## Engage NY Eureka Math 6th Grade Module 4 Lesson 11 Answer Key

### Eureka Math Grade 6 Module 4 Lesson 11 Example Answer Key

a. Use the model to answer the following questions. How many fives are in the model?
5

How many threes are In the model?
2

What does the expression represent in words?
The sum of two groups of five and two groups of three

What expression could we write to represent the model?
2 × 5 + 2 × 3

b. Use the new model and the previous model to answer the next set of questions. How many fives are in the model?
2

How many threes are in the model?
2

What does the expression represent in words?
Two groups of the sum of five and three

What expression could we write to represent the model?
(5 + 3) + (5 + 3) or 2(5 + 3)

Is the model in part (a) equivalent to the model in part (b)?
Yes, because both expressions have two 5’s and two 3’s. Therefore, 2 × 5 + 2 × 3 = 2(5 + 3).

d. What relationship do we see happening on either side of the equal sign?
On the left-hand side, 2 is being multiplied by 5 and then by 3 before adding the products together. On the right-hand side, the 5 and 3 are added first and then multiplied by 2.

e. In Grade 5 and in Module 2 of this year, you have used similar reasoning to solve problems. What Is the name of the property that is used to say that 2(5 + 3) is the same as 2 × 5 + 2 × 3?
The name of the property is the distributive property.

Example 2.
Now we will take a look at an example with variables. Discuss the questions with your partner. What does the model represent in words?
a plus a plus b plus b, two a’s plus two b’s, two times a plus two times b

What does 2a mean?
2a means that there are 2 a’s or 2 × a.

How many a’s are in the model?
2

How many b’s are in the model?
2

What expression could we write to represent the model?
2a + 2b How many a’s are in the expression?
2

How many b’s are in the expression?
2

What expression could we write to represent the model?
(a + b) + (a + b) = 2(a + b)

Are the two expressions equivalent?
Yes. Both models include 2 a’s and 2 b’s. Therefore, 2a + 2b = 2(a + b).

Example 3.

Use GCF and the distributive property to write equivalent expressions.
1. 3f + 3g = __________
3(f + g)

What is the question asking us to do?
We need to rewrite the expression as an equivalent expression in factored form, which means the expression is written as the product of factors. The number outside of the parentheses is the GCF.

How would Problem 1 look if we expanded each term?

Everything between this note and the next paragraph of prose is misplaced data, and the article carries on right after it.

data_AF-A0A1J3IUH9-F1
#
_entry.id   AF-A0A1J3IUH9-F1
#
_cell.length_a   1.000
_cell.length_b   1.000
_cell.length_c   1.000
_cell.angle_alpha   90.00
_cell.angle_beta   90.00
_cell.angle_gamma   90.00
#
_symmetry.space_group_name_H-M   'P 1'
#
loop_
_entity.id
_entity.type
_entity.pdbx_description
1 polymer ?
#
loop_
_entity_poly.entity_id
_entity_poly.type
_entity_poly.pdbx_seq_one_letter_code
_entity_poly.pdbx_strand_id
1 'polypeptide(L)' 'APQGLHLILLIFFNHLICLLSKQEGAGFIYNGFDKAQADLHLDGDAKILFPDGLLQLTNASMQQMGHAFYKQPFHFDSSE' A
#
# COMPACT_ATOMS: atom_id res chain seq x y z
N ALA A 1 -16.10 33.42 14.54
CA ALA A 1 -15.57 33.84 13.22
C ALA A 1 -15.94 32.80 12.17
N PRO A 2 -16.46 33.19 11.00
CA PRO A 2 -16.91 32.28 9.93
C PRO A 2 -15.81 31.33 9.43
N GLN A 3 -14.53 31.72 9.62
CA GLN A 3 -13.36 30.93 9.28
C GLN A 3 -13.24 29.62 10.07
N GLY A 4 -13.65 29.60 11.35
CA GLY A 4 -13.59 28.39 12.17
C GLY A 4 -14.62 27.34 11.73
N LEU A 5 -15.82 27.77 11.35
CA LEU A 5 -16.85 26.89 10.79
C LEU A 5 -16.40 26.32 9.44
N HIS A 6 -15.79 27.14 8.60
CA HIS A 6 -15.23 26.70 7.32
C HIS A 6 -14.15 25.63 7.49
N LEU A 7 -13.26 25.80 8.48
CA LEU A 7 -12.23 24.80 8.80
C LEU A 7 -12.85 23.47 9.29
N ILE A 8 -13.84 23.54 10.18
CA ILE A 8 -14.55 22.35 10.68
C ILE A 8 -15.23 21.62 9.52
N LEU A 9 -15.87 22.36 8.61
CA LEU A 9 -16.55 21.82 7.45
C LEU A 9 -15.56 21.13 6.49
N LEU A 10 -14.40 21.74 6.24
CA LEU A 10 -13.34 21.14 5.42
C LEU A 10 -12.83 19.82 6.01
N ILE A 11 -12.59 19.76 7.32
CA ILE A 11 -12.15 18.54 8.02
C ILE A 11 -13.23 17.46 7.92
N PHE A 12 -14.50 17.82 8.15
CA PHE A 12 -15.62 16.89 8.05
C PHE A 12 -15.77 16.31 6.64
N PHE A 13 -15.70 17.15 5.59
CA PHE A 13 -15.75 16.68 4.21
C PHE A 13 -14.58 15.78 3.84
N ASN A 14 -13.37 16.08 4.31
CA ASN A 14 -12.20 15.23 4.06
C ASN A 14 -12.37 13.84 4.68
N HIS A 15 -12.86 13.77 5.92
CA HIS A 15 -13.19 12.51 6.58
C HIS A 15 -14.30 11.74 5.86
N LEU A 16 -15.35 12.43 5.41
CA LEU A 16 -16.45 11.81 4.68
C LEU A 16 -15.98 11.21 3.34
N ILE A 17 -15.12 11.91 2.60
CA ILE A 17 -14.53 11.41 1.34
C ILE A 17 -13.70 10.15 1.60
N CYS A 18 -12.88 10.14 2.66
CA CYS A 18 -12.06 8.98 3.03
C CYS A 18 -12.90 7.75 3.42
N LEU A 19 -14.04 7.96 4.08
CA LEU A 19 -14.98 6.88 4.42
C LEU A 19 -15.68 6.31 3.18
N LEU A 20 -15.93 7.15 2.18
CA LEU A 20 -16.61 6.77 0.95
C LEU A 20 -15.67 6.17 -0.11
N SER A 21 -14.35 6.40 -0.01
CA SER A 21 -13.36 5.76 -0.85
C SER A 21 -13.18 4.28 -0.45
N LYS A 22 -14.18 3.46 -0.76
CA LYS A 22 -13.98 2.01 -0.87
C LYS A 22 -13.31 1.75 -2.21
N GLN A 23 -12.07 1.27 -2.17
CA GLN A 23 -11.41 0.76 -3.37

3 ∙ f + 3 ∙ g

What is the GCF in Problem 1?
3

How can we use the GCF to rewrite this expression?
3 goes on the outside, and f + g will go inside the parentheses. 3(f + g)

2. 6x + 9y = __________
3(2x + 3y)

What is the question asking us to do?
We need to rewrite the expression as an equivalent expression in factored form, which means the expression is written as the product of factors. The number outside of the parentheses is the GCF.

How would Problem 2 look if we expanded each term?
2 ∙ 3 ∙ x + 3 ∙ 3 ∙ y

What is the GCF in Problem 2?
The GCF is 3.

How can we use the GCF to rewrite this expression?
I will factor out the 3 from both terms and place it in front of the parentheses. I will place what is left in the terms inside the parentheses: 3(2x + 3y).

3. 3c + 11c = _________
c(3 + 11)

Is there a greatest common factor in Problem 3?
Yes. When I expand, I can see that each term has a common factor c.
3 ∙ c + 11 ∙ c

Rewrite the expression using the distributive property.
c(3 + 11)

4. 24b + 8 = _________
8(3b + 1)

Explain how you used GCF and the distributive property to rewrite the expression in Problem 4.
I first expanded each term. I know that 8 goes into 24, so I used it in the expansion.
2 ∙ 2 ∙ 2 ∙ 3 ∙ b + 2 ∙ 2 ∙ 2
I determined that 2 ∙ 2 ∙ 2, or 8, is the common factor. So, on the outside of the parentheses I wrote 8, and on the inside I wrote the leftover factor, 3b + 1 ∙ 8(3b + 1)

Why is there a 1 in the parentheses?
When I factor out a number, lam leaving behind the other factor that multiplies to make the original number. In this case, when I factor out an 8 from 8, I am left with a 1 because 8 × 1 = 8.

How is this related to the first two examples?
In the first two examples, we saw that we could rewrite the expressions by thinking about groups.
We can either think of 24b + 8 as 8 groups of 3b and 8 groups of 1 or as 8 groups of the sum of 3b + 1. This shows that 8(3b) + 8(1) = 8(3b + 1)is the some as 24b + 8.

### Eureka Math Grade 6 Module 4 Lesson 11 Exercise Answer Key

Exercise 1.
Apply the distributive property to write equivalent expressions.
a. 7x + 7y
7(x + y)

b. 15g + 20h
5(3g + 4h)

c. 18m + 42n
6(3m + 7n)

d. 30a + 39b
3(10a + 13b)

e. 11f + 15f
f(11 + 15)

f. 18h + 13h
h(18 + 13)

g. 55m + 11
11(5m + 1)

h. 7 + 56y
7(1 + 8y)

2.
Evaluate each of the expressions below.
a. 6x + 21 y and 3(2x + 7y)                     x = 3 and y = 4
6(3) + 21(4)                                             3(23 + 74)